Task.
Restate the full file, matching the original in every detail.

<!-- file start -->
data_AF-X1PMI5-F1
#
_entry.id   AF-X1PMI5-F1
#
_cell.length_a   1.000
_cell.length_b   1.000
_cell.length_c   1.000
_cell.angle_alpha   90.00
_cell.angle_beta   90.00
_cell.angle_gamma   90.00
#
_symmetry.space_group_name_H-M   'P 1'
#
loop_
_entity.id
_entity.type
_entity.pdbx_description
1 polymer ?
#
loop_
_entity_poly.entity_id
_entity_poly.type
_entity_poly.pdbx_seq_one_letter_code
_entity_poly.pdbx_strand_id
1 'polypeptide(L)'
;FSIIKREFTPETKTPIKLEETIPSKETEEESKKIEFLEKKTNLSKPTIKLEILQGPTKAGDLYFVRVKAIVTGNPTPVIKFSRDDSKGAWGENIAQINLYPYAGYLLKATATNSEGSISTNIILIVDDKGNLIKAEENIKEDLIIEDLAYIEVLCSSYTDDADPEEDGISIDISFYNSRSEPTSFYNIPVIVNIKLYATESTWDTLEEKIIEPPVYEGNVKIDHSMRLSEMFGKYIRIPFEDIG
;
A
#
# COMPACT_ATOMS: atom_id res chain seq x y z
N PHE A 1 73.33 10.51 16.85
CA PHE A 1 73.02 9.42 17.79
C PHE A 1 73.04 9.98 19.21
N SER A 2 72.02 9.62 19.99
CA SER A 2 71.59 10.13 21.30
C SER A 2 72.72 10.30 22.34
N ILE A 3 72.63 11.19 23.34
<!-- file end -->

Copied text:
data_AF-X1PMI5-F1
#
_entry.id   AF-X1PMI5-F1
#
_cell.length_a   1.000
_cell.length_b   1.000
_cell.length_c   1.000
_cell.angle_alpha   90.00
_cell.angle_beta   90.00
_cell.angle_gamma   90.00
#
_symmetry.space_group_name_H-M   'P 1'
#
loop_
_entity.id
_entity.type
_entity.pdbx_description
1 polymer ?
#
loop_
_entity_poly.entity_id
_entity_poly.type
_entity_poly.pdbx_seq_one_letter_code
_entity_poly.pdbx_strand_id
1 'polypeptide(L)'
;FSIIKREFTPETKTPIKLEETIPSKETEEESKKIEFLEKKTNLSKPTIKLEILQGPTKAGDLYFVRVKAIVTGNPTPVIKFSRDDSKGAWGENIAQINLYPYAGYLLKATATNSEGSISTNIILIVDDKGNLIKAEENIKEDLIIEDLAYIEVLCSSYTDDADPEEDGISIDISFYNSRSEPTSFYNIPVIVNIKLYATESTWDTLEEKIIEPPVYEGNVKIDHSMRLSEMFGKYIRIPFEDIG
;
A
#
# COMPACT_ATOMS: atom_id res chain seq x y z
N PHE A 1 73.33 10.51 16.85
CA PHE A 1 73.02 9.42 17.79
C PHE A 1 73.04 9.98 19.21
N SER A 2 72.02 9.62 19.99
CA SER A 2 71.59 10.13 21.30
C SER A 2 72.72 10.30 22.34
N ILE A 3 72.63 11.19 23.34